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“We’re so glad that all of their hard work in keeping the heath well-maintained and beneficial to wildlife has been recognised by the Green Flag Award.”

The Green Flag Award programme is delivered in Wales by environmental charity Keep Wales Tidy, with support from the Welsh Government. Cadle Heath is one of six Local Nature Reserves in Swansea owned and managed by Swansea Council.

Councillor David Hopkins, Cabinet Member for Biodiversity, said: “We are delighted that Cadle Heath has achieved this much-deserved Green Flag Award, and would like to thank the Community Farm volunteers for all their support in helping the council to look after this very special wildlife site, which provides opportunities for local people to connect with and enjoy the nature on their doorstep.”

The heathland falls within the Penderi regeneration area, which is part of housing association Pobl’s Penderi Green Regeneration Project. The project aims to support local people in Penderi to connect with their green spaces to boost wellbeing, develop skills and support nature to thrive.

Funded by UK Government, under the Community Renewal Fund (CRF), Pobl Group is able to deliver the Project with the help of key partners, Swansea Environment Centre, Room To Grow, Swansea Community Farm and the Nature Conservation Team at Swansea Council.

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Carmarthenshire

Residents encouraged to have say on Teifi Valley flooding schemes

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Consultation on flood prevention schemes by Carmarthenshire and Ceredigion councils in the Teifi Valley has been extended to August 31 to give more residents an opportunity to have their say.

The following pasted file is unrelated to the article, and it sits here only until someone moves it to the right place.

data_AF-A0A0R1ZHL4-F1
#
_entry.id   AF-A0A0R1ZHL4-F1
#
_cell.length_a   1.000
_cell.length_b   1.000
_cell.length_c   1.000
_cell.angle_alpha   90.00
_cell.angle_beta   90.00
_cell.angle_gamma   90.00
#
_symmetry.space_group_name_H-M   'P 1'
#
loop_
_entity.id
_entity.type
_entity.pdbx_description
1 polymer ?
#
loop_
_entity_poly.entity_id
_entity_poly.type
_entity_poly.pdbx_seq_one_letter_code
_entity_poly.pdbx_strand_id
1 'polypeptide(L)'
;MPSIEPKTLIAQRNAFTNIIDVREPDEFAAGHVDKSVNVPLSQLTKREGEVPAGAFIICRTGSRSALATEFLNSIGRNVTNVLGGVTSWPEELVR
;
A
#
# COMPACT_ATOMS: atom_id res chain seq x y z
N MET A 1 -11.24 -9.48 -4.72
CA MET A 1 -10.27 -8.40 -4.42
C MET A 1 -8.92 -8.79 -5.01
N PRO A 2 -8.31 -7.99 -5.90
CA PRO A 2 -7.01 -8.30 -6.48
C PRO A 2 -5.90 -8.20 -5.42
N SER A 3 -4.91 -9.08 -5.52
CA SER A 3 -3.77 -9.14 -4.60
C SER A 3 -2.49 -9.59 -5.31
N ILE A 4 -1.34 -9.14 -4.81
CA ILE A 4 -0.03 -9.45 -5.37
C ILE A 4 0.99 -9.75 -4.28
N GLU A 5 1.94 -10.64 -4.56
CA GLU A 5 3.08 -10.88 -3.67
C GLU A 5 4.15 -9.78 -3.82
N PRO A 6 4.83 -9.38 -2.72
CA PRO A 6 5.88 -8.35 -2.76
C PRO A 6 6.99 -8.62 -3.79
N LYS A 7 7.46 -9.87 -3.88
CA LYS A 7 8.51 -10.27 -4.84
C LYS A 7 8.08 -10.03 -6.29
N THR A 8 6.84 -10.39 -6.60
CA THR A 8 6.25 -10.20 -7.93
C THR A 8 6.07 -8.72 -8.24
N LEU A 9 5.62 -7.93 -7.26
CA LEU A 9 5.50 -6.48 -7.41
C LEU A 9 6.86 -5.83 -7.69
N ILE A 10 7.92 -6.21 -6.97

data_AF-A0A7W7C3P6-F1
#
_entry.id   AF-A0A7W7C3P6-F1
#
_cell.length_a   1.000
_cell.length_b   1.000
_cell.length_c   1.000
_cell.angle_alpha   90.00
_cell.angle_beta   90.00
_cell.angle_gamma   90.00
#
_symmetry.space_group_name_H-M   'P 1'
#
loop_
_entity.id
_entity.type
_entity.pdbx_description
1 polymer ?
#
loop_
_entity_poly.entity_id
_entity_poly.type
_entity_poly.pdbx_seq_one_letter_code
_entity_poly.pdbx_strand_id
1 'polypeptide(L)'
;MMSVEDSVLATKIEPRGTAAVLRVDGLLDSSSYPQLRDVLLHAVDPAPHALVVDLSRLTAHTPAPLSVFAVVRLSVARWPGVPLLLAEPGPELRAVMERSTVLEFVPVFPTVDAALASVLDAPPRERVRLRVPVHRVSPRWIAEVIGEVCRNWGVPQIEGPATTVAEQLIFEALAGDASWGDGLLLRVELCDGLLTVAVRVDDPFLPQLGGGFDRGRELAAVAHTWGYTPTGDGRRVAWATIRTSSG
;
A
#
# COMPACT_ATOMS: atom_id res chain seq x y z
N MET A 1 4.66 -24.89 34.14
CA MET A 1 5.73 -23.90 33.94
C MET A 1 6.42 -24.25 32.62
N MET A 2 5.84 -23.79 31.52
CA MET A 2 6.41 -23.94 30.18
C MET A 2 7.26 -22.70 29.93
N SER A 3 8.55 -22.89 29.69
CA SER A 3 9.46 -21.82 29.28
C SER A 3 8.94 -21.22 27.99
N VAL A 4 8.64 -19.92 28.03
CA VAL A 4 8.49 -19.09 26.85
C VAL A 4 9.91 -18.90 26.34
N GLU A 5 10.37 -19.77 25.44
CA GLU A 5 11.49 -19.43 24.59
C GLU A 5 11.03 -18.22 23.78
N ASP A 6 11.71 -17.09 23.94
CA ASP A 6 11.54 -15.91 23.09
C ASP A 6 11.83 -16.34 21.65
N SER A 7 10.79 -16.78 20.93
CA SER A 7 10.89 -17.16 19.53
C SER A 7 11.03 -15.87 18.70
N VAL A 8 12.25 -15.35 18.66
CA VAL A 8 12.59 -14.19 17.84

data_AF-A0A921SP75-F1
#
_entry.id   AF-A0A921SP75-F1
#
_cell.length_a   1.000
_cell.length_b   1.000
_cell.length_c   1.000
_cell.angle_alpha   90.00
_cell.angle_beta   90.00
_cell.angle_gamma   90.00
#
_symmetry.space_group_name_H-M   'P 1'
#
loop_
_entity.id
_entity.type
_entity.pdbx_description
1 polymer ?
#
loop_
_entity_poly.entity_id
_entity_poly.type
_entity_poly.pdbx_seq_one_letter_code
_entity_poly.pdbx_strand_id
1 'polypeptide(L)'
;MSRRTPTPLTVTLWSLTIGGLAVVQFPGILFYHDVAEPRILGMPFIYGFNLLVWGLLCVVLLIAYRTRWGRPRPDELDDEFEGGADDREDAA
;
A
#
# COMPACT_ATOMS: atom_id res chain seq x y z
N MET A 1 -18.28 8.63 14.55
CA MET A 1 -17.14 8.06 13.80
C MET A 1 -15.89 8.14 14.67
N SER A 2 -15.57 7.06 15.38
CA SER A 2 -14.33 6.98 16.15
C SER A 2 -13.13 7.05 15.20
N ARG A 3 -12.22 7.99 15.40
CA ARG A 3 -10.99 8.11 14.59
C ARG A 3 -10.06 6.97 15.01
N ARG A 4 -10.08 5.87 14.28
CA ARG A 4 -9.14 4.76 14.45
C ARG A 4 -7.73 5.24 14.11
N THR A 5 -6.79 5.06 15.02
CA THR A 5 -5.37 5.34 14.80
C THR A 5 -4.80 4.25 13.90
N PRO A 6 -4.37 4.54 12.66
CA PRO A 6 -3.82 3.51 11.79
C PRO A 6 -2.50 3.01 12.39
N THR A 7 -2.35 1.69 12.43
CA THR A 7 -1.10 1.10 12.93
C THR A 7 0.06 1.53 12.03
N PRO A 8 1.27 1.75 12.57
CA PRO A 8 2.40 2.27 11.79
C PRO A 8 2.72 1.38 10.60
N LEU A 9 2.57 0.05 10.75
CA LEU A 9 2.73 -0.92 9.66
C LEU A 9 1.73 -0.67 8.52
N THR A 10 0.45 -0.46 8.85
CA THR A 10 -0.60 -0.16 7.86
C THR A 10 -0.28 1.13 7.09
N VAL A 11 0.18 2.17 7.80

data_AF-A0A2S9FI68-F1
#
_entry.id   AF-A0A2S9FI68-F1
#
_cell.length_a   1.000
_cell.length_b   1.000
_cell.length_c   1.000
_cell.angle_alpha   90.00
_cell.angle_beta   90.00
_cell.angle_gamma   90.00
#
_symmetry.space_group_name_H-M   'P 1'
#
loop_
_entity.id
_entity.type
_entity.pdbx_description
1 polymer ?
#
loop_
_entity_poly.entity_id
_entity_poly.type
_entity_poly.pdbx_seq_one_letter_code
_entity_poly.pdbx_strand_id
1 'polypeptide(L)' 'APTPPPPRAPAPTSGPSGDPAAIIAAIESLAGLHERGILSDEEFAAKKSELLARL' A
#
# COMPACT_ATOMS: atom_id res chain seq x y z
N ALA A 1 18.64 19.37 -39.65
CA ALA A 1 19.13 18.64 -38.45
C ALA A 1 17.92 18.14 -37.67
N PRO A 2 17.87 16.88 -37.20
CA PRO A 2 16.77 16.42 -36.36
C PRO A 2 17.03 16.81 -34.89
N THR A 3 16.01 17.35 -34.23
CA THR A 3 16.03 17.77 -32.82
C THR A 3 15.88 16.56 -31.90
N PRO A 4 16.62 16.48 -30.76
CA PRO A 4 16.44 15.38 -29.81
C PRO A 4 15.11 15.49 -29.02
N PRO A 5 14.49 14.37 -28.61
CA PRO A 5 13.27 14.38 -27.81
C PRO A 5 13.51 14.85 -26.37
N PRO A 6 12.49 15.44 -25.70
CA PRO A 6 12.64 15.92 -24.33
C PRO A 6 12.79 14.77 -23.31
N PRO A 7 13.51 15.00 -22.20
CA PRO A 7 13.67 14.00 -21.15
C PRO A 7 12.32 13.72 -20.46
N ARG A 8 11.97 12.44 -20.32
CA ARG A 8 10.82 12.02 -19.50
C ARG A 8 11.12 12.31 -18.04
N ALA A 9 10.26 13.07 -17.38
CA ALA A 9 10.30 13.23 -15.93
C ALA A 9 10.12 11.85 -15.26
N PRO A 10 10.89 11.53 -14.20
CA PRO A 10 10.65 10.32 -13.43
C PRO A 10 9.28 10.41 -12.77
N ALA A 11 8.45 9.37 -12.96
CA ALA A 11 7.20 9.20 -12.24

Face-to-face events in Llandysul and Llynybydder have been added to the previous online only consultation.

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Residents can visit the powerhouse in Llandysul on Wednesday 24 August between 10am and 1pm, or between 3pm and 6pm. There’s also an event at Llanybydder RFC on Thursday 25 August between 10am and 1pm, and also between 3pm and 6pm.

Officers from Carmarthenshire and Ceredigion County Councils and Natural Resources Wales will be in attendance to answer any queries along with a representative from the consultants appointed by both authorities.

The council’s say that all partners involved want to understand the impact that flooding has on communities, how the flooding happens and to assess different flood measures that will reduce the impact during increasingly stormy weather in the future.

People will be able to submit feedback in person by writing their comments down and putting them in the box located at the venues. This will be in addition to the comments and suggestions submitted during the online consultation process.

The councils say that feedback from the consultation and these events will feed into the next stage of work and form part of any decision making that Natural Resources Wales and Welsh Government will undertake to design and implement any flood risk reduction scheme.

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Carmarthenshire County Council’s  Cabinet Member for Transport, Waste and Infrastructure Services Cllr Edward Thomas said: “We want as much feedback as possible from residents so that together we can look further into the options available to us to manage flood risk in these communities. The drop-in events will provide an opportunity for residents to speak to officers about the different options available and the next steps.”

Ceredigion County Council’s Cabinet Member for Highways and Environmental Services and Carbon Management Keith Henson said: “We encourage the residents of Llandysul, Pont-Tyweli and Llanybydder to have their say in this consultation, either by attending the in-person events at the said locations or by visiting the online link on the council’s website. The responses from this consultation will enable us and our partners to explore what options we have to manage flood risk in the Teifi Valley.”

Lead image: Humphrey Bolton / Geograph)